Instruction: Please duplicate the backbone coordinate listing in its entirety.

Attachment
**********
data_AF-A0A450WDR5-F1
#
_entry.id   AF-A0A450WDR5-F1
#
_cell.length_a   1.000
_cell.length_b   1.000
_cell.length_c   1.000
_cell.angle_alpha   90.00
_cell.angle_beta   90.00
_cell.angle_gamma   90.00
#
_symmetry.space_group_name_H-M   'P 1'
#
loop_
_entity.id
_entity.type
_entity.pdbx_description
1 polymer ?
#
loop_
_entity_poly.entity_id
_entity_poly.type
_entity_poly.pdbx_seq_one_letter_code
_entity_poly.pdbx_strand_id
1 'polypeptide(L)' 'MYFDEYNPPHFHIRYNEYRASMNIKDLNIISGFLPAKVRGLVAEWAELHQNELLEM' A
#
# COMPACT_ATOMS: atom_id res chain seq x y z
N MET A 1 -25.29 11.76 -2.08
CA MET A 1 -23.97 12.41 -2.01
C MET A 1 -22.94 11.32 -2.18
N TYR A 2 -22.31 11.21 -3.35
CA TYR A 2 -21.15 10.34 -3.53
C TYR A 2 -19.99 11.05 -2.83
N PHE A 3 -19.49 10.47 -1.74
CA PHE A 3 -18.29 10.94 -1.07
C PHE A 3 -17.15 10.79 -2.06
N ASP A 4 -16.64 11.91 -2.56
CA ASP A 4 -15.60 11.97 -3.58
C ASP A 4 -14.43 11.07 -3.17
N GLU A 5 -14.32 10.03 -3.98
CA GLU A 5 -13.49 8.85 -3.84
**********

data_AF-A0A450WDR5-F1
#
_entry.id   AF-A0A450WDR5-F1
#
_cell.length_a   1.000
_cell.length_b   1.000
_cell.length_c   1.000
_cell.angle_alpha   90.00
_cell.angle_beta   90.00
_cell.angle_gamma   90.00
#
_symmetry.space_group_name_H-M   'P 1'
#
loop_
_entity.id
_entity.type
_entity.pdbx_description
1 polymer ?
#
loop_
_entity_poly.entity_id
_entity_poly.type
_entity_poly.pdbx_seq_one_letter_code
_entity_poly.pdbx_strand_id
1 'polypeptide(L)' 'MYFDEYNPPHFHIRYNEYRASMNIKDLNIISGFLPAKVRGLVAEWAELHQNELLEM' A
#
# COMPACT_ATOMS: atom_id res chain seq x y z
N MET A 1 -25.29 11.76 -2.08
CA MET A 1 -23.97 12.41 -2.01
C MET A 1 -22.94 11.32 -2.18
N TYR A 2 -22.31 11.21 -3.35
CA TYR A 2 -21.15 10.34 -3.53
C TYR A 2 -19.99 11.05 -2.83
N PHE A 3 -19.49 10.47 -1.74
CA PHE A 3 -18.29 10.94 -1.07
C PHE A 3 -17.15 10.79 -2.06
N ASP A 4 -16.64 11.91 -2.56
CA ASP A 4 -15.60 11.97 -3.58
C ASP A 4 -14.43 11.07 -3.17
N GLU A 5 -14.32 10.03 -3.98
CA GLU A 5 -13.49 8.85 -3.84